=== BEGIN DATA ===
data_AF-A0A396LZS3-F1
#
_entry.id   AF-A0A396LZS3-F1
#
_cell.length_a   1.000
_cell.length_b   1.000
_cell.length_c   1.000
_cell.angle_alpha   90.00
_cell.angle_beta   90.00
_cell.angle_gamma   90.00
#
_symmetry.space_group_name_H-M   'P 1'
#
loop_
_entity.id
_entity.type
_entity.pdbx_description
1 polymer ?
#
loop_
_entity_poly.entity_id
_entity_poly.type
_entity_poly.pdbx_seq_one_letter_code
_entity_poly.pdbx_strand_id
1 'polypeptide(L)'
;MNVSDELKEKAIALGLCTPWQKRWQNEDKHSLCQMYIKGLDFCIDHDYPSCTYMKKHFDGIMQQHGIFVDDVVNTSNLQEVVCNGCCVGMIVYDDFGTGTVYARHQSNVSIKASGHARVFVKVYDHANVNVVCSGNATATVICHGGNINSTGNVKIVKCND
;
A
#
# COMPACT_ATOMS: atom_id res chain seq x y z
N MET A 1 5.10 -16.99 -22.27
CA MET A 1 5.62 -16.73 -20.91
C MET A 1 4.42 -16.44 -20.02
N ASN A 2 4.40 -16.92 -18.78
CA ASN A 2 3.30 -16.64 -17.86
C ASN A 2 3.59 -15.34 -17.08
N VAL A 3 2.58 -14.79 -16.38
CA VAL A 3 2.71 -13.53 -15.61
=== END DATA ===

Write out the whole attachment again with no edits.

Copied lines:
data_AF-A0A396LZS3-F1
#
_entry.id   AF-A0A396LZS3-F1
#
_cell.length_a   1.000
_cell.length_b   1.000
_cell.length_c   1.000
_cell.angle_alpha   90.00
_cell.angle_beta   90.00
_cell.angle_gamma   90.00
#
_symmetry.space_group_name_H-M   'P 1'
#
loop_
_entity.id
_entity.type
_entity.pdbx_description
1 polymer ?
#
loop_
_entity_poly.entity_id
_entity_poly.type
_entity_poly.pdbx_seq_one_letter_code
_entity_poly.pdbx_strand_id
1 'polypeptide(L)'
;MNVSDELKEKAIALGLCTPWQKRWQNEDKHSLCQMYIKGLDFCIDHDYPSCTYMKKHFDGIMQQHGIFVDDVVNTSNLQEVVCNGCCVGMIVYDDFGTGTVYARHQSNVSIKASGHARVFVKVYDHANVNVVCSGNATATVICHGGNINSTGNVKIVKCND
;
A
#
# COMPACT_ATOMS: atom_id res chain seq x y z
N MET A 1 5.10 -16.99 -22.27
CA MET A 1 5.62 -16.73 -20.91
C MET A 1 4.42 -16.44 -20.02
N ASN A 2 4.40 -16.92 -18.78
CA ASN A 2 3.30 -16.64 -17.86
C ASN A 2 3.59 -15.34 -17.08
N VAL A 3 2.58 -14.79 -16.38
CA VAL A 3 2.71 -13.53 -15.61